Monday, July 23, 2007

July 23rd Log

2001, Jeong Jae-eun, South Korea
1st Viewing, DVD

What a beautiful and perfect film this is! Take Care of My Cat opens with a group of five young friends celebrating their graduation. Within a moment we are taken out of this joyful celebration of youth and into the world of early adulthood. A world that grows far more complex and ultimately begins to divide friendship. Take Care of My Cat is an emotionally captivating film that takes on many layers despite being made with a master touch of simplicity. What could have been forceful or melodrama, becomes something beautiful and natural through the minimalist approach by Jeong Jae-eun in his debut feature film. The emotions, expressions, and layers of the film are not explained, but rather they speak for themselves in a way that recalls the mastery of Yasujiro Ozu. The film is simplistic in that it does not rely on plot, yet there is a complexly structure depth to the film that allows the viewer to reflect upon and appreciate afterwards. We understand these characters experiences and we share in their humanity. The performances by the five women are each excellent, but it is Bae Doo-Na that is especially great. As Tae-hee, Bae finds herself alone and alienated from love and from family, always drifting into private thought. It is her friends that give her the connection and support she needs and Tae-hee struggles to reunite two of the friends that are drifting from each other (Hae-joo, an ambitious career-woman who’s moved to Seoul and Ji-young, a depressed orphan living in a broken down shack with her grandparents). Within the lives of these five woman is the cat Tee Tee who was found in an alley by Ji-young. Tee Tee moves through the hands of each character, becoming a reflection of their lives. Another minimalist expression of the film is the recurring use of cell phones and text messages, which serve to attempt to connect the friendship as it slowly drifts further apart. The cinematography of Take Care of My Cat is extraordinary, specifically in the way (without being forcefully “pretty”) it captures beauty and sadness in the most authentic manner. Take Care of My Cat is just a lovely film. I can not praise it enough except to say it is perfect and one of my favorite films!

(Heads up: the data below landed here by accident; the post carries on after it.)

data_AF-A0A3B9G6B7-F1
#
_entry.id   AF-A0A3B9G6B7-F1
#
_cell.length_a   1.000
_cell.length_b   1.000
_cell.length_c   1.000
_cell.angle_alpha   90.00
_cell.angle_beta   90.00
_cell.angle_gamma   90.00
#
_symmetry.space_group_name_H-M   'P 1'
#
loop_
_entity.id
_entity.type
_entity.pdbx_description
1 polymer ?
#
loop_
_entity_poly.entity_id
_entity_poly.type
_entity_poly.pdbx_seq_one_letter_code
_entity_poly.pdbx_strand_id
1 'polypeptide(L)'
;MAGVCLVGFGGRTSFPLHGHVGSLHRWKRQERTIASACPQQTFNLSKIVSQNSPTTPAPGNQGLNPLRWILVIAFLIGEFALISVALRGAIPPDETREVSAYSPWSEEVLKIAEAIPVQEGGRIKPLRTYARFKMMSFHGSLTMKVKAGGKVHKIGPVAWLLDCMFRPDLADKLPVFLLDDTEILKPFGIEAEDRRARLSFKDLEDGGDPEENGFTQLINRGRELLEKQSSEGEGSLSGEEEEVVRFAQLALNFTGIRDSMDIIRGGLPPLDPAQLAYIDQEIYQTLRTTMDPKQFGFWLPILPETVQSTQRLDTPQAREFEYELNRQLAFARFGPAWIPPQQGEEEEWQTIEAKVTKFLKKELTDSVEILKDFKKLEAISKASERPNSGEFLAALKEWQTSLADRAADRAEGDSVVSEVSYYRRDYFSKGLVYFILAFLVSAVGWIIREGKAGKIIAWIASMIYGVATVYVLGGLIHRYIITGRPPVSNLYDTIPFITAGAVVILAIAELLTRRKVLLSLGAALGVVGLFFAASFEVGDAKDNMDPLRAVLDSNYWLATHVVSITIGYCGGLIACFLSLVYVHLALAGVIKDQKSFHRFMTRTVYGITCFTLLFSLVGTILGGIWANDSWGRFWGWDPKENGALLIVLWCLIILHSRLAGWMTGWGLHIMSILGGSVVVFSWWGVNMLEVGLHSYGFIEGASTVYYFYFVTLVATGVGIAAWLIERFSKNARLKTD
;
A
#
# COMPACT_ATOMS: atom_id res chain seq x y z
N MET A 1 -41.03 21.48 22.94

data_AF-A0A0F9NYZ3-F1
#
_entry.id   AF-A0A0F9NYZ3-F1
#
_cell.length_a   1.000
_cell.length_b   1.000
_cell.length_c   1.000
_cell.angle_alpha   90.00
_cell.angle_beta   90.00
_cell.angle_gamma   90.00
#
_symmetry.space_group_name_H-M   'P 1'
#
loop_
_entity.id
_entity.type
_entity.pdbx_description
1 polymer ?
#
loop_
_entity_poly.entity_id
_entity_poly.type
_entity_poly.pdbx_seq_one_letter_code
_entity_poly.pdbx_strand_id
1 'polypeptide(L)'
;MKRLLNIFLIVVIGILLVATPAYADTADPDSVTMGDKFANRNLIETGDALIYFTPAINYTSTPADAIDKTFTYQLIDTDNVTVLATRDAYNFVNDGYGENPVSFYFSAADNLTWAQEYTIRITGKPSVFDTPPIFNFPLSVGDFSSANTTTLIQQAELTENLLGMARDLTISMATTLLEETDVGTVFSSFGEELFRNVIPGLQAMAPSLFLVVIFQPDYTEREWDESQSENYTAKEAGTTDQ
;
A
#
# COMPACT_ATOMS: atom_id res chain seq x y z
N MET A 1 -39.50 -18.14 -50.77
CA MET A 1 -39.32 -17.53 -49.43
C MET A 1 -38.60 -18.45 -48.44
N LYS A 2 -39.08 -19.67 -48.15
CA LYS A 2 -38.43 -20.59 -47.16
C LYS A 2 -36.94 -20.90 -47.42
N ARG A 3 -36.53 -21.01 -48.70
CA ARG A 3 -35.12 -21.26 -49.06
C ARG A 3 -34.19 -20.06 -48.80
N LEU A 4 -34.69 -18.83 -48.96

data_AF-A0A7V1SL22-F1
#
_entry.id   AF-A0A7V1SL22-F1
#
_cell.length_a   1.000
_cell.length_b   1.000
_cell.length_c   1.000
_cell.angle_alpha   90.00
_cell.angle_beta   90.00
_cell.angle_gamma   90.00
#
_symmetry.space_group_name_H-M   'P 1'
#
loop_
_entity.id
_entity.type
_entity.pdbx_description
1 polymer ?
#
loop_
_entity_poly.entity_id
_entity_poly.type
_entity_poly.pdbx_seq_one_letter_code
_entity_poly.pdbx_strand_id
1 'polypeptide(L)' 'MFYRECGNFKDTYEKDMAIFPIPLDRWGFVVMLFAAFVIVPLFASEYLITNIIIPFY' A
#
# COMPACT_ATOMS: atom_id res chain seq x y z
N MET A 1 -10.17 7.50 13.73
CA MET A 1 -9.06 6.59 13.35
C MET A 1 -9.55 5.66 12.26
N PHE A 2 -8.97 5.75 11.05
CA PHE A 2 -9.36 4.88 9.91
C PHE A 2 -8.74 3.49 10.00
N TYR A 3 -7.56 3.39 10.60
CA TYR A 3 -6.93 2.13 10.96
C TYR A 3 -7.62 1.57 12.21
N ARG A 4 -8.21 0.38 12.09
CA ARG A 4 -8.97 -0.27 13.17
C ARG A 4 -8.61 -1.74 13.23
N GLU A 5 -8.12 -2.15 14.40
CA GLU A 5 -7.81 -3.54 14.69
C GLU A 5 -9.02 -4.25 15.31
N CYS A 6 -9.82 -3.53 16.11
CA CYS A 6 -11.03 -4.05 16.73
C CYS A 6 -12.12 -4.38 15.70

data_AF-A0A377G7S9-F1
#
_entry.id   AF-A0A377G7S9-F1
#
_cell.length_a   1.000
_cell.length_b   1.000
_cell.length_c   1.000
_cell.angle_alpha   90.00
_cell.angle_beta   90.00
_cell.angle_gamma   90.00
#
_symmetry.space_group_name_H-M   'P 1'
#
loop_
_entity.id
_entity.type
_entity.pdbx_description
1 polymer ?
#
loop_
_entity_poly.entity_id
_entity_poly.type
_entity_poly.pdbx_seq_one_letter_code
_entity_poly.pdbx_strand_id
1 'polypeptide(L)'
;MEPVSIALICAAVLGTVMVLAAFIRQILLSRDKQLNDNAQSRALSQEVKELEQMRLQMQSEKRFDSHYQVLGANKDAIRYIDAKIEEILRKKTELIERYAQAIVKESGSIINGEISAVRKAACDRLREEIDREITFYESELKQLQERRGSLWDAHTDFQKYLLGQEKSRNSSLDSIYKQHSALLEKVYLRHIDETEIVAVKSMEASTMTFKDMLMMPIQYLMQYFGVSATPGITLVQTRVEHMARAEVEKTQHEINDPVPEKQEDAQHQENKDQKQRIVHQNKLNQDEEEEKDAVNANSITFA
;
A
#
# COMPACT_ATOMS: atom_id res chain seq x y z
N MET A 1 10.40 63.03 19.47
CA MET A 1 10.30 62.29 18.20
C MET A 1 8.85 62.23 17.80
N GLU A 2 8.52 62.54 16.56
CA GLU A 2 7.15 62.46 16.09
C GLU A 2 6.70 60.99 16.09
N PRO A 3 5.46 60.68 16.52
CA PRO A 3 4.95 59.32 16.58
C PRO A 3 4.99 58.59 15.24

1932, Howard Hawks, United States

Repeat Viewing, DVD

Made at the innovative peak of the gangster genre and prior to the enforcement of the Studio Production Code, Scarface stands as one of the most impressive and certainly most influential genre films ever made. Directed by the brilliant Howard Hawks, Scarface is a landmark masterpiece. Scarface is a film that is completely indecisive in it's view of violence, as it brutally displays violence yet also absorbs and entertains with humor. Hawks rates among the most versatile filmmakers in Hollywood. Whether Hawks is working with Screwball Comedies, Westerns, or even Gangster films, they were never overly stylized yet each contained a depth and expression that made Hawks one of the true masters of filmmaking. Scarface is a film of dark brutality that manages to be both funny and disturbing. The film also uses several inventive cinematic techniques, including the use of sound and visual imagery (sometimes off-screen) as metaphors. Paul Muni is fantastic as Tony Camonte, in presenting the a frightening and viciouscharacter in a way that is equally humorous. Scarface is an absolute masterpiece film and remains a deeply influential and unforgettable achievement in film history.


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